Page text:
If you’re like most people, HIV is not the only health issue you’re facing. Taking charge of your virus includes taking charge of your whole health—and testing positive is just the beginning
For many people, it takes time to adjust to the news of a positive diagnosis. This is a whole new item you’re dealing with in your life, and no one expects you to be able to do everything at once. Talking to others who’ve been through it can help you get over the first round of emotions, as well as provide guidance and aid as you figure out what’s next. When you come up for air, you’ll find there are lots of possibilities for how to manage your health—enough nowadays to make your head spin all over again. But once you’ve chosen a health care team, things will look a lot less confusing. Many people say the more they know about HIV, the better they are at dealing with it. Start with some basics:
What A Positive Test Means
A positive HIV test result means your blood has antibodies that fight the virus. Unlike the antibodies to some other diseases, these don’t get rid of HIV—the virus is here to stay. But a positive result does not necessarily mean you have AIDS.
In general, without taking HIV meds, a person won’t develop AIDS for about ten years after contracting HIV, as the virus eventually damages the immune system and makes them sick. For people who have had HIV for a while before being tested, illness can come faster. That’s why it’s important to see a doctor as soon as you are diagnosed. With today’s new HIV treatments, most people can keep their virus under control and not get ill for years or maybe never—it’s too soon to know. Even if you are pretty sick from HIV by the time you’re diagnosed, treatment can still suppress the virus and help your immune system recover.
Starting Out Right
Testing HIV positive motivates some people to take a good, hard look at their overall health. Your general health can make a difference in how you do with HIV—how soon you need to start taking meds, for example. And remember that HIV isn’t your only health concern and that you and your doctor are treating a whole person, not just a virus.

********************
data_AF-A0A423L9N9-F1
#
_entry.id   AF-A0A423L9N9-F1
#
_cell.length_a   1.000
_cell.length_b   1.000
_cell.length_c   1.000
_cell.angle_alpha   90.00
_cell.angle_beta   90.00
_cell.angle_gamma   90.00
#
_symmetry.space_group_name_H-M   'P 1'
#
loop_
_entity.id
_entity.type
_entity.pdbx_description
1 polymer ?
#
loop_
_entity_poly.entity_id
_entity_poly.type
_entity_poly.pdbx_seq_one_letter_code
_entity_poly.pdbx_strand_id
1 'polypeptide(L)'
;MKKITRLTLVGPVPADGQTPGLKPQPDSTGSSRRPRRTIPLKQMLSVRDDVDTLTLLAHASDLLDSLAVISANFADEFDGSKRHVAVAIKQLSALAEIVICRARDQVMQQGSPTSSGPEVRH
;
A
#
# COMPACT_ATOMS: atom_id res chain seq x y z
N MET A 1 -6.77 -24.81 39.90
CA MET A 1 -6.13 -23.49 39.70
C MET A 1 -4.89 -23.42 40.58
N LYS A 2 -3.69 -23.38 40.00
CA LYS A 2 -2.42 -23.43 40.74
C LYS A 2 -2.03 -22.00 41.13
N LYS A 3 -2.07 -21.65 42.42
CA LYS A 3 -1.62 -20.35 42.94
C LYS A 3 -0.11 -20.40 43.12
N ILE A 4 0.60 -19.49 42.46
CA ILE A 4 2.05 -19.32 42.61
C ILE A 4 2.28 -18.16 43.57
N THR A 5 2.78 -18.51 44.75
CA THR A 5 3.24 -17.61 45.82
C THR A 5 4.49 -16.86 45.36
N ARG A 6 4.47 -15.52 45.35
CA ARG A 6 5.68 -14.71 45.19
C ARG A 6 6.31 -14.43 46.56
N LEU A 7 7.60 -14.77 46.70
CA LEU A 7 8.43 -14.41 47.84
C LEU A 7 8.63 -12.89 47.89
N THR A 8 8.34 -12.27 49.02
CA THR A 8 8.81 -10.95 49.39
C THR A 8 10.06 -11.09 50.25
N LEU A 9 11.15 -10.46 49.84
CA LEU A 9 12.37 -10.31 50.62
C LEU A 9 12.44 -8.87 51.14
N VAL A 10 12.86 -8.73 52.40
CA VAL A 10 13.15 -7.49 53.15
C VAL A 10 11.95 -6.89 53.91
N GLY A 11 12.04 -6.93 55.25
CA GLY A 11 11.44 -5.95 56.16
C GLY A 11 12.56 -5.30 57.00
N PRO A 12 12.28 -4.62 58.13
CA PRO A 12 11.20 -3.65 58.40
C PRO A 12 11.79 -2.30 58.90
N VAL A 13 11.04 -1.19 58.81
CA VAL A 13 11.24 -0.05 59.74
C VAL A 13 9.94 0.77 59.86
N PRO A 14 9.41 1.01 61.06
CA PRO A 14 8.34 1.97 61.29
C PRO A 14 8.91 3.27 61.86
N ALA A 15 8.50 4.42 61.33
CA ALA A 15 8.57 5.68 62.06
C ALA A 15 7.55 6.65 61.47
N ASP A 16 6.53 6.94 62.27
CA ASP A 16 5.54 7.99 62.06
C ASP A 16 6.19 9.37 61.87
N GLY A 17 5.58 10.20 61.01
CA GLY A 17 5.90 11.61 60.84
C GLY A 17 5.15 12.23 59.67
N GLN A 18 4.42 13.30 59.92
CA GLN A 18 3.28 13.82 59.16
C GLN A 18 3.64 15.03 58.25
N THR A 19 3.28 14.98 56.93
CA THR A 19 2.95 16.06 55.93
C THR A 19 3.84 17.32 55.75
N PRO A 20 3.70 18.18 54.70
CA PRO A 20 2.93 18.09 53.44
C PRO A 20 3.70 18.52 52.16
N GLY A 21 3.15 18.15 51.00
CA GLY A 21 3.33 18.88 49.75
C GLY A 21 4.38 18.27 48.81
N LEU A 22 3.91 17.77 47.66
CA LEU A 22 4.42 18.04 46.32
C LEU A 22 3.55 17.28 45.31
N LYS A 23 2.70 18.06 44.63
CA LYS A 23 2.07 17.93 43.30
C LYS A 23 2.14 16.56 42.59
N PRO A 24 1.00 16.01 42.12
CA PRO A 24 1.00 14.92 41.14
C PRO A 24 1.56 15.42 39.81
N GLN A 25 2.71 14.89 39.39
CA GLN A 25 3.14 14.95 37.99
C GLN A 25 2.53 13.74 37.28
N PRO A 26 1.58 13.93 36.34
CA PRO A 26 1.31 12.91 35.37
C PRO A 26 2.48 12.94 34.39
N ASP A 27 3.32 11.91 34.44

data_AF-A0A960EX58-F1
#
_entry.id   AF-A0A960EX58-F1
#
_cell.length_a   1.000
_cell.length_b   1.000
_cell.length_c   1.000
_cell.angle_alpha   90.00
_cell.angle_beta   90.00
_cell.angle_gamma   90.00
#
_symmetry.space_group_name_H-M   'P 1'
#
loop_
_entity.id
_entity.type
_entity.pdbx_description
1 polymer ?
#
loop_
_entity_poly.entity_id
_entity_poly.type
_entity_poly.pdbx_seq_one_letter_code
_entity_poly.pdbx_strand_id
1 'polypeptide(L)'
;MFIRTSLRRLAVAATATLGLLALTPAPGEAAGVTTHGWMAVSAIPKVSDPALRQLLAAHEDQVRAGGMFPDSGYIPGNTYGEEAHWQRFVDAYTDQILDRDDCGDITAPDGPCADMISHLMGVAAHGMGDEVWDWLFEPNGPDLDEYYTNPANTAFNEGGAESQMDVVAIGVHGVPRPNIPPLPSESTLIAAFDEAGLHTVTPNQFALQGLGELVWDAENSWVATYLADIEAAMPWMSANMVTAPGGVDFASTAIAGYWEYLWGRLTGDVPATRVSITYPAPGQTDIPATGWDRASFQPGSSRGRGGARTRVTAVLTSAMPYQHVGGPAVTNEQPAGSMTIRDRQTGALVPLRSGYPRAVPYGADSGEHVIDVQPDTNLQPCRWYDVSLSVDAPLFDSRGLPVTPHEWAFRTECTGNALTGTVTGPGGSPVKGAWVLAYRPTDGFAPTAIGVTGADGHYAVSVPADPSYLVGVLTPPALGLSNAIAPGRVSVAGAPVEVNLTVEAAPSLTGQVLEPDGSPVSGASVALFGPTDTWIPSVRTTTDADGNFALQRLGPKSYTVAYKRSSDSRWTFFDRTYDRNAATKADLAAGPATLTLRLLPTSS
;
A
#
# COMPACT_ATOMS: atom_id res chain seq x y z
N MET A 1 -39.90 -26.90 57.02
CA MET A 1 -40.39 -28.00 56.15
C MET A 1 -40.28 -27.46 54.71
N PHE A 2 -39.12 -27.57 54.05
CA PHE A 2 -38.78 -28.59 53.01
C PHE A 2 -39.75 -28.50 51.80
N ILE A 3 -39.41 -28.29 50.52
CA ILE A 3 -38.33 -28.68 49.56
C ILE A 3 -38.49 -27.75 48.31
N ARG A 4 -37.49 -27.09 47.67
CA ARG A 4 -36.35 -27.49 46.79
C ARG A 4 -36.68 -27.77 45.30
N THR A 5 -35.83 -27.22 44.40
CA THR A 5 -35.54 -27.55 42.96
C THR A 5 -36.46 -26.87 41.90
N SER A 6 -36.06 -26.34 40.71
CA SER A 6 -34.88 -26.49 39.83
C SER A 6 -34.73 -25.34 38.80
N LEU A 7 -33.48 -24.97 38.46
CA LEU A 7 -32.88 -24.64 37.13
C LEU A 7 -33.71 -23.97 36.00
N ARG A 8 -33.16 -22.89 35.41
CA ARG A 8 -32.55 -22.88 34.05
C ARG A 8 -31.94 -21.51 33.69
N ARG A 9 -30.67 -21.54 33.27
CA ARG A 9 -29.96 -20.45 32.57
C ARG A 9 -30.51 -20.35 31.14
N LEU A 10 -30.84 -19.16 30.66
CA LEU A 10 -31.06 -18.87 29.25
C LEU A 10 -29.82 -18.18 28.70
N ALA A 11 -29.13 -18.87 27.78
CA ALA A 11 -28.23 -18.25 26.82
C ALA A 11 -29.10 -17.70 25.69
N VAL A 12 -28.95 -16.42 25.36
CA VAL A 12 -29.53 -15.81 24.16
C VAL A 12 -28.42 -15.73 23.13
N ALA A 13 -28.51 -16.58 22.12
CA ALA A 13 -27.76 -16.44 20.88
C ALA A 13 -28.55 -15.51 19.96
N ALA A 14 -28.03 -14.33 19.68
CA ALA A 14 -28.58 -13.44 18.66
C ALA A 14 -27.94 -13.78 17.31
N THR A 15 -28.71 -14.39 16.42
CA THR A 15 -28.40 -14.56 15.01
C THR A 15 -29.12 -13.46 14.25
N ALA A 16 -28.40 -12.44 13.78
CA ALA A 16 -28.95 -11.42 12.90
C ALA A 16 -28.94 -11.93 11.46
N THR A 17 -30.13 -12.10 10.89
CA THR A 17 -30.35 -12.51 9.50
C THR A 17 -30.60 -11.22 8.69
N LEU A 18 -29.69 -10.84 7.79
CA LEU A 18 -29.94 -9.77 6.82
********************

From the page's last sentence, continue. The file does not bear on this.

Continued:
This could be the time to tackle health problems you’ve had for a while. You can get high cholesterol or diabetes under control, since some HIV meds could make them worse. Controlling other infections, including STDs like herpes (common among positive people), can make life with HIV easier. Dealing with depression can help you take meds—and enjoy life. This might also be the moment to kick bad habits—time to stop smoking, cut down on booze and drugs and start choosing healthful foods. These steps can support your body as it faces HIV. You’ll be seeing your doctor more often than before you were positive, and you can take advantage of that by piping up about issues above and beyond HIV.
At the same time that they get their HIV results, some people learn that they also have another unwelcome guest: the hepatitis C virus (HCV). Effective HIV treatment seems to slow liver damage and may make HCV treatment work better. But you and your doctor will decide whether to treat HIV or HCV first or tackle both at the same time. And learning how to take care of your liver’s health—by avoiding street drugs, cigarettes and too much alcohol, for instance, and by drinking lots of water and eating smaller, more frequent meals—can help, whether you have hepatitis or not. If you start taking HIV meds, you’ll probably want to boost your liver’s health, since it will be doing a lot of work absorbing and processing those meds.